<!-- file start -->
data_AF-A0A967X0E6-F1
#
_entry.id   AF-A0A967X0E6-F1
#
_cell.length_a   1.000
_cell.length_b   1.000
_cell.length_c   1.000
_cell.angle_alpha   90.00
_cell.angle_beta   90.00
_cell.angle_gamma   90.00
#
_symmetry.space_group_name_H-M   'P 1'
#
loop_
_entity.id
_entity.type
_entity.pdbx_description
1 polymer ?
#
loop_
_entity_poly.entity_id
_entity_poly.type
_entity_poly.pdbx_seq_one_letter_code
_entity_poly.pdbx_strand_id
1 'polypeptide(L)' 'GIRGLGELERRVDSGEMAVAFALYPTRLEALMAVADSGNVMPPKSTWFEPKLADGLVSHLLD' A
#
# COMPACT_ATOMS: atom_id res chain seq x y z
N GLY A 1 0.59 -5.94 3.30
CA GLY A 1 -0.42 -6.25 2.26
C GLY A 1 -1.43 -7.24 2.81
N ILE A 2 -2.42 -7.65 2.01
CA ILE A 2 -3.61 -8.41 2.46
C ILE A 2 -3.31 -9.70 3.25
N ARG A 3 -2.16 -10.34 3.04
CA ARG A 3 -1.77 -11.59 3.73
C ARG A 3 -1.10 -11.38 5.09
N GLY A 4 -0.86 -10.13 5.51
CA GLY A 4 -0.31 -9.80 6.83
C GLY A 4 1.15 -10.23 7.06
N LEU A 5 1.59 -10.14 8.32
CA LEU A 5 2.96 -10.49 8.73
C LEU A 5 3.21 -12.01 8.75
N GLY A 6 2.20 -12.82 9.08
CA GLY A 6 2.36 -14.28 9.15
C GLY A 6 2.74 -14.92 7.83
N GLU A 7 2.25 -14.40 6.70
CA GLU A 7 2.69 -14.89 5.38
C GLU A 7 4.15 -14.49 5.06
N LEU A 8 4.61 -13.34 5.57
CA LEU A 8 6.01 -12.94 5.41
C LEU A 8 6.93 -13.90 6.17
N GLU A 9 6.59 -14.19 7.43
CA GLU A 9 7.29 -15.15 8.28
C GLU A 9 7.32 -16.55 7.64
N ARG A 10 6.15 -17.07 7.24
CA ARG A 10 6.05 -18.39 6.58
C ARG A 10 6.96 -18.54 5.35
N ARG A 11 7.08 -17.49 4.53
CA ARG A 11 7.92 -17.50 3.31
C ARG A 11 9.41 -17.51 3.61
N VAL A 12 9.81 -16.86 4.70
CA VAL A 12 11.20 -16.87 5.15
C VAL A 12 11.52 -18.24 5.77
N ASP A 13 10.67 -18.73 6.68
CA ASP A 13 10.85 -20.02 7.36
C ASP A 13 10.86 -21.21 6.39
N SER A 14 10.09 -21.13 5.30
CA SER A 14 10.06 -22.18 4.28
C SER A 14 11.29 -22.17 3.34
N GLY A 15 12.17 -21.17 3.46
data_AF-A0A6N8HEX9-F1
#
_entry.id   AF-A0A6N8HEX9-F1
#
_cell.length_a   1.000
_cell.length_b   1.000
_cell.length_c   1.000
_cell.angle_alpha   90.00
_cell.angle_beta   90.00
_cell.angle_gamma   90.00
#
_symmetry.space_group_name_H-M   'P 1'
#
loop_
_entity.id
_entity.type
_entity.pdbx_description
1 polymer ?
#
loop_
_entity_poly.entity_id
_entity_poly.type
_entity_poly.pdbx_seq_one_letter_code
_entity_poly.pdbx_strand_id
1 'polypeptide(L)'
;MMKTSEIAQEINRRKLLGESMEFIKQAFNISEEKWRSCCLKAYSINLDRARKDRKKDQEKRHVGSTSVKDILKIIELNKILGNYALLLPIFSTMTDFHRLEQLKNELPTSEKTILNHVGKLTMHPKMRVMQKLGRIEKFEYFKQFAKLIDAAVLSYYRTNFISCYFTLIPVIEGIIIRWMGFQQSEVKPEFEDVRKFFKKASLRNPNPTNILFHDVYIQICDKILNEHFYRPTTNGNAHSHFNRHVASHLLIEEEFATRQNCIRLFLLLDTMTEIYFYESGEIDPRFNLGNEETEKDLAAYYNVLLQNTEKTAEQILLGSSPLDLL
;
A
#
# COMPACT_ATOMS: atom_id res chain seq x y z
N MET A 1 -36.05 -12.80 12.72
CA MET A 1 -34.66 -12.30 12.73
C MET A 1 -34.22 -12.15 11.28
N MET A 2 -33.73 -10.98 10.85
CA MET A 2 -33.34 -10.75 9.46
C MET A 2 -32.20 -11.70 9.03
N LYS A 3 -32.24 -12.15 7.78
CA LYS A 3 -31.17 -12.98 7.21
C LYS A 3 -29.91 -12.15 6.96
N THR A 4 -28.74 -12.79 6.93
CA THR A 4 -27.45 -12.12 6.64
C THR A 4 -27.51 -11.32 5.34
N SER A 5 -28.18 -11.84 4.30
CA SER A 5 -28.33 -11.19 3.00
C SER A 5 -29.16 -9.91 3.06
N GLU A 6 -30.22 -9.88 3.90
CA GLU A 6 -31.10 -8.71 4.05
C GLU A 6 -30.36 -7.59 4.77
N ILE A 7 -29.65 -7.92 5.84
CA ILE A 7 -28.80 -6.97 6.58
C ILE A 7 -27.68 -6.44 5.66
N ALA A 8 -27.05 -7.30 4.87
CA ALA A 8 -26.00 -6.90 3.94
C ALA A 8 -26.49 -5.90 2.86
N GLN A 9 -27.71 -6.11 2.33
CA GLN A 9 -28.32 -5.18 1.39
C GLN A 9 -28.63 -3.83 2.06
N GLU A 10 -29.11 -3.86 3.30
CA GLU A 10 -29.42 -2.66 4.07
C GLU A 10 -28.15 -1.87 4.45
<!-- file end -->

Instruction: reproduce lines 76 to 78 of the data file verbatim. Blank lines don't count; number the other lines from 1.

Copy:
_cell.length_b   1.000
_cell.length_c   1.000
_cell.angle_alpha   90.00